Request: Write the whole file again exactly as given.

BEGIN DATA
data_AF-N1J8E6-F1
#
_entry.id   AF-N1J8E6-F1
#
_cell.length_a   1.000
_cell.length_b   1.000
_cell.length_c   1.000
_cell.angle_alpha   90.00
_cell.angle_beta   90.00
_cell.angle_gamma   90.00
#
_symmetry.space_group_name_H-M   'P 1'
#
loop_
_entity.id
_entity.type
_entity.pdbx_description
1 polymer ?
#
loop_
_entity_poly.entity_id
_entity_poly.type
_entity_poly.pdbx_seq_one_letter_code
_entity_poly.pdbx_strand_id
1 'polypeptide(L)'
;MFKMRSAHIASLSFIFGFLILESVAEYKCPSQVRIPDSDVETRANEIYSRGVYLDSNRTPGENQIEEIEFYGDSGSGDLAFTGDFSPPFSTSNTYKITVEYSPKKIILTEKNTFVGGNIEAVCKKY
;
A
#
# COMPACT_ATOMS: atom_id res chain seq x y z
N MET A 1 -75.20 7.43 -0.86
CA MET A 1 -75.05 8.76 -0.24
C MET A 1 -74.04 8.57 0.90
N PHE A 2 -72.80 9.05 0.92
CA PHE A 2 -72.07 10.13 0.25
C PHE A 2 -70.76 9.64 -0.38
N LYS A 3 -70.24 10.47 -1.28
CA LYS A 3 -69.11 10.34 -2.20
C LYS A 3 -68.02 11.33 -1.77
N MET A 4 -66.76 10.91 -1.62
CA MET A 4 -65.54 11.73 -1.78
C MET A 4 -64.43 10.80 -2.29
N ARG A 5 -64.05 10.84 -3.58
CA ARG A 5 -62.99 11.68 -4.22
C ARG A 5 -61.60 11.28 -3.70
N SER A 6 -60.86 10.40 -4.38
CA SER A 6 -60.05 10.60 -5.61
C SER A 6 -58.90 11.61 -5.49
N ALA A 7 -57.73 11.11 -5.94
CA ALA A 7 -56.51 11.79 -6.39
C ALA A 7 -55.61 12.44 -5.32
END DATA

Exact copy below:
data_AF-N1J8E6-F1
#
_entry.id   AF-N1J8E6-F1
#
_cell.length_a   1.000
_cell.length_b   1.000
_cell.length_c   1.000
_cell.angle_alpha   90.00
_cell.angle_beta   90.00
_cell.angle_gamma   90.00
#
_symmetry.space_group_name_H-M   'P 1'
#
loop_
_entity.id
_entity.type
_entity.pdbx_description
1 polymer ?
#
loop_
_entity_poly.entity_id
_entity_poly.type
_entity_poly.pdbx_seq_one_letter_code
_entity_poly.pdbx_strand_id
1 'polypeptide(L)'
;MFKMRSAHIASLSFIFGFLILESVAEYKCPSQVRIPDSDVETRANEIYSRGVYLDSNRTPGENQIEEIEFYGDSGSGDLAFTGDFSPPFSTSNTYKITVEYSPKKIILTEKNTFVGGNIEAVCKKY
;
A
#
# COMPACT_ATOMS: atom_id res chain seq x y z
N MET A 1 -75.20 7.43 -0.86
CA MET A 1 -75.05 8.76 -0.24
C MET A 1 -74.04 8.57 0.90
N PHE A 2 -72.80 9.05 0.92
CA PHE A 2 -72.07 10.13 0.25
C PHE A 2 -70.76 9.64 -0.38
N LYS A 3 -70.24 10.47 -1.28
CA LYS A 3 -69.11 10.34 -2.20
C LYS A 3 -68.02 11.33 -1.77
N MET A 4 -66.76 10.91 -1.62
CA MET A 4 -65.54 11.73 -1.78
C MET A 4 -64.43 10.80 -2.29
N ARG A 5 -64.05 10.84 -3.58
CA ARG A 5 -62.99 11.68 -4.22
C ARG A 5 -61.60 11.28 -3.70
N SER A 6 -60.86 10.40 -4.38
CA SER A 6 -60.05 10.60 -5.61
C SER A 6 -58.90 11.61 -5.49
N ALA A 7 -57.73 11.11 -5.94
CA ALA A 7 -56.51 11.79 -6.39
C ALA A 7 -55.61 12.44 -5.32